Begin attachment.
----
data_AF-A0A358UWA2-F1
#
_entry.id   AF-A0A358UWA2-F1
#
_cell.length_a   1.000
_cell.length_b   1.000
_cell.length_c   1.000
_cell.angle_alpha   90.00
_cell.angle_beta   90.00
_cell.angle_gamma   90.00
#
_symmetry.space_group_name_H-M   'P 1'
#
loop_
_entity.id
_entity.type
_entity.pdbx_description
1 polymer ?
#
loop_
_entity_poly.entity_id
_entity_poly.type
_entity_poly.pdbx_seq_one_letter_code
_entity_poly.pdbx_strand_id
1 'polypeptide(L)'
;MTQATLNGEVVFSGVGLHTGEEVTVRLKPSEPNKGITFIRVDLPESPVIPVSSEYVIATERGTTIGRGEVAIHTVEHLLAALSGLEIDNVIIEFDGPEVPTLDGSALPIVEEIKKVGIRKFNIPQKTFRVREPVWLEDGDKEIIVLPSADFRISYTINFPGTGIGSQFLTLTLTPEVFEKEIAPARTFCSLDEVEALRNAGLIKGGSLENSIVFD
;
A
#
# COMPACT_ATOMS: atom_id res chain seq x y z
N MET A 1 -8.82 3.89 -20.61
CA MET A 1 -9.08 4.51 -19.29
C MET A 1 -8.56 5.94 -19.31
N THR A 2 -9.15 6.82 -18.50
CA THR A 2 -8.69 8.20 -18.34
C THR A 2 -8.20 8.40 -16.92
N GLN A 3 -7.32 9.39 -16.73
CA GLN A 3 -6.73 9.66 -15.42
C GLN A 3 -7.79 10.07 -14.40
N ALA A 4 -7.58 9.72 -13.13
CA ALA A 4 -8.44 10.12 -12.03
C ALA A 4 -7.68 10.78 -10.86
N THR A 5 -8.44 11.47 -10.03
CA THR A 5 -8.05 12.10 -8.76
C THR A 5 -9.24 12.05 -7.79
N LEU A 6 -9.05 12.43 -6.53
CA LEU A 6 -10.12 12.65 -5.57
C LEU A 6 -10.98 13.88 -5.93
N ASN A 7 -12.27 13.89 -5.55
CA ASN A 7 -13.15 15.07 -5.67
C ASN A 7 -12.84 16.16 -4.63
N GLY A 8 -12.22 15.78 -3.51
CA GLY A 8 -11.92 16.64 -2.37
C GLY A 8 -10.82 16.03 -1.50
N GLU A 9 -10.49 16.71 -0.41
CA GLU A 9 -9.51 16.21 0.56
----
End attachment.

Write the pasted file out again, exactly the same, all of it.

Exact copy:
data_AF-A0A358UWA2-F1
#
_entry.id   AF-A0A358UWA2-F1
#
_cell.length_a   1.000
_cell.length_b   1.000
_cell.length_c   1.000
_cell.angle_alpha   90.00
_cell.angle_beta   90.00
_cell.angle_gamma   90.00
#
_symmetry.space_group_name_H-M   'P 1'
#
loop_
_entity.id
_entity.type
_entity.pdbx_description
1 polymer ?
#
loop_
_entity_poly.entity_id
_entity_poly.type
_entity_poly.pdbx_seq_one_letter_code
_entity_poly.pdbx_strand_id
1 'polypeptide(L)'
;MTQATLNGEVVFSGVGLHTGEEVTVRLKPSEPNKGITFIRVDLPESPVIPVSSEYVIATERGTTIGRGEVAIHTVEHLLAALSGLEIDNVIIEFDGPEVPTLDGSALPIVEEIKKVGIRKFNIPQKTFRVREPVWLEDGDKEIIVLPSADFRISYTINFPGTGIGSQFLTLTLTPEVFEKEIAPARTFCSLDEVEALRNAGLIKGGSLENSIVFD
;
A
#
# COMPACT_ATOMS: atom_id res chain seq x y z
N MET A 1 -8.82 3.89 -20.61
CA MET A 1 -9.08 4.51 -19.29
C MET A 1 -8.56 5.94 -19.31
N THR A 2 -9.15 6.82 -18.50
CA THR A 2 -8.69 8.20 -18.34
C THR A 2 -8.20 8.40 -16.92
N GLN A 3 -7.32 9.39 -16.73
CA GLN A 3 -6.73 9.66 -15.42
C GLN A 3 -7.79 10.07 -14.40
N ALA A 4 -7.58 9.72 -13.13
CA ALA A 4 -8.44 10.12 -12.03
C ALA A 4 -7.68 10.78 -10.86
N THR A 5 -8.44 11.47 -10.03
CA THR A 5 -8.05 12.10 -8.76
C THR A 5 -9.24 12.05 -7.79
N LEU A 6 -9.05 12.43 -6.53
CA LEU A 6 -10.12 12.65 -5.57
C LEU A 6 -10.98 13.88 -5.93
N ASN A 7 -12.27 13.89 -5.55
CA ASN A 7 -13.15 15.07 -5.67
C ASN A 7 -12.84 16.16 -4.63
N GLY A 8 -12.22 15.78 -3.51
CA GLY A 8 -11.92 16.64 -2.37
C GLY A 8 -10.82 16.03 -1.50
N GLU A 9 -10.49 16.71 -0.41
CA GLU A 9 -9.51 16.21 0.56